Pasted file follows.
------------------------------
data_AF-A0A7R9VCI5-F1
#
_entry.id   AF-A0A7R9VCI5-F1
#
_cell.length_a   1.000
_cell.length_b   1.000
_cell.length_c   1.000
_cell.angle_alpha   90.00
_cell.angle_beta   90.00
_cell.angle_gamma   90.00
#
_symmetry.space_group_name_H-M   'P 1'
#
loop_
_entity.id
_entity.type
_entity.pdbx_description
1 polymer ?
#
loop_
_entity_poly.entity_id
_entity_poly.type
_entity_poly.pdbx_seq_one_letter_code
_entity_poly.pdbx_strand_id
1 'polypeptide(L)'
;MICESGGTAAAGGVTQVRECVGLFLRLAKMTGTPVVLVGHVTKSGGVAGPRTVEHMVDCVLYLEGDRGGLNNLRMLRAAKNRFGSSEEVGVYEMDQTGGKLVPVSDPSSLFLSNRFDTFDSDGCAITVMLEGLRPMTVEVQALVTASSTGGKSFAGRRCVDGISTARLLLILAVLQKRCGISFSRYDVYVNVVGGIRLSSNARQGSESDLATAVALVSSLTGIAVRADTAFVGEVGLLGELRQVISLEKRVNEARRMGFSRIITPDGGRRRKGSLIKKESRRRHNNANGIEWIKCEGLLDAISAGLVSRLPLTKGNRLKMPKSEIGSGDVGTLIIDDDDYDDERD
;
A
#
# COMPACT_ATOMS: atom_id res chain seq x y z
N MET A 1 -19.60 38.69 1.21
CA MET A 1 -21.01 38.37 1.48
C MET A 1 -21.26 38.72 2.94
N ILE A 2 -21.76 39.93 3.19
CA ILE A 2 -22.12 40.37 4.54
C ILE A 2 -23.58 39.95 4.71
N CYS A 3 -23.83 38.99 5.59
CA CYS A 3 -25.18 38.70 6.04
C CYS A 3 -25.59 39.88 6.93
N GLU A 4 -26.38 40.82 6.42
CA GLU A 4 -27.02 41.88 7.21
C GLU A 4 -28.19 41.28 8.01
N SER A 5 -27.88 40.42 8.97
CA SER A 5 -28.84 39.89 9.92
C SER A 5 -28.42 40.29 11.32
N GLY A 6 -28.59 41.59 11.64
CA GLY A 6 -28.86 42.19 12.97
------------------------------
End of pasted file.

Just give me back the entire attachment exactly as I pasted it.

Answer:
data_AF-A0A7R9VCI5-F1
#
_entry.id   AF-A0A7R9VCI5-F1
#
_cell.length_a   1.000
_cell.length_b   1.000
_cell.length_c   1.000
_cell.angle_alpha   90.00
_cell.angle_beta   90.00
_cell.angle_gamma   90.00
#
_symmetry.space_group_name_H-M   'P 1'
#
loop_
_entity.id
_entity.type
_entity.pdbx_description
1 polymer ?
#
loop_
_entity_poly.entity_id
_entity_poly.type
_entity_poly.pdbx_seq_one_letter_code
_entity_poly.pdbx_strand_id
1 'polypeptide(L)'
;MICESGGTAAAGGVTQVRECVGLFLRLAKMTGTPVVLVGHVTKSGGVAGPRTVEHMVDCVLYLEGDRGGLNNLRMLRAAKNRFGSSEEVGVYEMDQTGGKLVPVSDPSSLFLSNRFDTFDSDGCAITVMLEGLRPMTVEVQALVTASSTGGKSFAGRRCVDGISTARLLLILAVLQKRCGISFSRYDVYVNVVGGIRLSSNARQGSESDLATAVALVSSLTGIAVRADTAFVGEVGLLGELRQVISLEKRVNEARRMGFSRIITPDGGRRRKGSLIKKESRRRHNNANGIEWIKCEGLLDAISAGLVSRLPLTKGNRLKMPKSEIGSGDVGTLIIDDDDYDDERD
;
A
#
# COMPACT_ATOMS: atom_id res chain seq x y z
N MET A 1 -19.60 38.69 1.21
CA MET A 1 -21.01 38.37 1.48
C MET A 1 -21.26 38.72 2.94
N ILE A 2 -21.76 39.93 3.19
CA ILE A 2 -22.12 40.37 4.54
C ILE A 2 -23.58 39.95 4.71
N CYS A 3 -23.83 38.99 5.59
CA CYS A 3 -25.18 38.70 6.04
C CYS A 3 -25.59 39.88 6.93
N GLU A 4 -26.38 40.82 6.42
CA GLU A 4 -27.02 41.88 7.21
C GLU A 4 -28.19 41.28 8.01
N SER A 5 -27.88 40.42 8.97
CA SER A 5 -28.84 39.89 9.92
C SER A 5 -28.42 40.29 11.32
N GLY A 6 -28.59 41.59 11.64
CA GLY A 6 -28.86 42.19 12.97